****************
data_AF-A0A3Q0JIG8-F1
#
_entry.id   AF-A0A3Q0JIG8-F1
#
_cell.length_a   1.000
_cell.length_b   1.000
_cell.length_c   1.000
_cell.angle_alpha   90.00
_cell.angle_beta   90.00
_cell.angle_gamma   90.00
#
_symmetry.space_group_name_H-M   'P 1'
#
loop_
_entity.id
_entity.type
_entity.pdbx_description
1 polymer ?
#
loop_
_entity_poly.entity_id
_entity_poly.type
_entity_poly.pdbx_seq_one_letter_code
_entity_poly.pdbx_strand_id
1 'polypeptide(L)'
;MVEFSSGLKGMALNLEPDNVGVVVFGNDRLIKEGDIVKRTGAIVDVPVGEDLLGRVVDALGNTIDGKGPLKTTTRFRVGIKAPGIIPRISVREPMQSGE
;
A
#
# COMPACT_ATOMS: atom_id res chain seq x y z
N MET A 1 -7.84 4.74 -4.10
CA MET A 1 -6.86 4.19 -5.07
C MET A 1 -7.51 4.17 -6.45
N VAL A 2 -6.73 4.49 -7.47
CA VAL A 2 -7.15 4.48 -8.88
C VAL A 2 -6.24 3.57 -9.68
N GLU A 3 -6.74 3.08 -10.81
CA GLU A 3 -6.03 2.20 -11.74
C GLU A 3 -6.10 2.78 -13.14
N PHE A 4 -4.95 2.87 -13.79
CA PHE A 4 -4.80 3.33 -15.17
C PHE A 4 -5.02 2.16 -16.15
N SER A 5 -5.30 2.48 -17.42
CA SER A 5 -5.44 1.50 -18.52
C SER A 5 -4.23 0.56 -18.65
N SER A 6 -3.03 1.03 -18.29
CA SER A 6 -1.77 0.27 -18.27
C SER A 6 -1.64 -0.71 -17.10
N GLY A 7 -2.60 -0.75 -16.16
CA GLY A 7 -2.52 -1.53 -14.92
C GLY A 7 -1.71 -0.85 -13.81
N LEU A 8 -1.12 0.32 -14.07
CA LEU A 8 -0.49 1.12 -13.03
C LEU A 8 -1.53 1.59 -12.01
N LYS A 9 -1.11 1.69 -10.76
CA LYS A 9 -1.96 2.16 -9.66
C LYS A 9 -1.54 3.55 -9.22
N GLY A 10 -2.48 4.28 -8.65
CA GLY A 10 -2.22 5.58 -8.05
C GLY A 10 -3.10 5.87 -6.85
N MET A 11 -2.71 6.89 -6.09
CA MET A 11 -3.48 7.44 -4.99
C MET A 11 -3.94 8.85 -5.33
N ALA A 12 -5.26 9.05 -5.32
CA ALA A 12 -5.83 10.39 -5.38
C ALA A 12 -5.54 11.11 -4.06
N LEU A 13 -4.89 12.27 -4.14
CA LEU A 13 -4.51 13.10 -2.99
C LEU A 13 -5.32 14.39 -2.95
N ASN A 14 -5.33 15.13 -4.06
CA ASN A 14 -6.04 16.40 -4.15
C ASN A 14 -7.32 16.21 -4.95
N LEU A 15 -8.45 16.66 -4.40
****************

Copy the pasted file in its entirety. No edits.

data_AF-A0A3Q0JIG8-F1
#
_entry.id   AF-A0A3Q0JIG8-F1
#
_cell.length_a   1.000
_cell.length_b   1.000
_cell.length_c   1.000
_cell.angle_alpha   90.00
_cell.angle_beta   90.00
_cell.angle_gamma   90.00
#
_symmetry.space_group_name_H-M   'P 1'
#
loop_
_entity.id
_entity.type
_entity.pdbx_description
1 polymer ?
#
loop_
_entity_poly.entity_id
_entity_poly.type
_entity_poly.pdbx_seq_one_letter_code
_entity_poly.pdbx_strand_id
1 'polypeptide(L)'
;MVEFSSGLKGMALNLEPDNVGVVVFGNDRLIKEGDIVKRTGAIVDVPVGEDLLGRVVDALGNTIDGKGPLKTTTRFRVGIKAPGIIPRISVREPMQSGE
;
A
#
# COMPACT_ATOMS: atom_id res chain seq x y z
N MET A 1 -7.84 4.74 -4.10
CA MET A 1 -6.86 4.19 -5.07
C MET A 1 -7.51 4.17 -6.45
N VAL A 2 -6.73 4.49 -7.47
CA VAL A 2 -7.15 4.48 -8.88
C VAL A 2 -6.24 3.57 -9.68
N GLU A 3 -6.74 3.08 -10.81
CA GLU A 3 -6.03 2.20 -11.74
C GLU A 3 -6.10 2.78 -13.14
N PHE A 4 -4.95 2.87 -13.79
CA PHE A 4 -4.80 3.33 -15.17
C PHE A 4 -5.02 2.16 -16.15
N SER A 5 -5.30 2.48 -17.42
CA SER A 5 -5.44 1.50 -18.52
C SER A 5 -4.23 0.56 -18.65
N SER A 6 -3.03 1.03 -18.29
CA SER A 6 -1.77 0.27 -18.27
C SER A 6 -1.64 -0.71 -17.10
N GLY A 7 -2.60 -0.75 -16.16
CA GLY A 7 -2.52 -1.53 -14.92
C GLY A 7 -1.71 -0.85 -13.81
N LEU A 8 -1.12 0.32 -14.07
CA LEU A 8 -0.49 1.12 -13.03
C LEU A 8 -1.53 1.59 -12.01
N LYS A 9 -1.11 1.69 -10.76
CA LYS A 9 -1.96 2.16 -9.66
C LYS A 9 -1.54 3.55 -9.22
N GLY A 10 -2.48 4.28 -8.65
CA GLY A 10 -2.22 5.58 -8.05
C GLY A 10 -3.10 5.87 -6.85
N MET A 11 -2.71 6.89 -6.09
CA MET A 11 -3.48 7.44 -4.99
C MET A 11 -3.94 8.85 -5.33
N ALA A 12 -5.26 9.05 -5.32
CA ALA A 12 -5.83 10.39 -5.38
C ALA A 12 -5.54 11.11 -4.06
N LEU A 13 -4.89 12.27 -4.14
CA LEU A 13 -4.51 13.10 -2.99
C LEU A 13 -5.32 14.39 -2.95
N ASN A 14 -5.33 15.13 -4.06
CA ASN A 14 -6.04 16.40 -4.15
C ASN A 14 -7.32 16.21 -4.95
N LEU A 15 -8.45 16.66 -4.40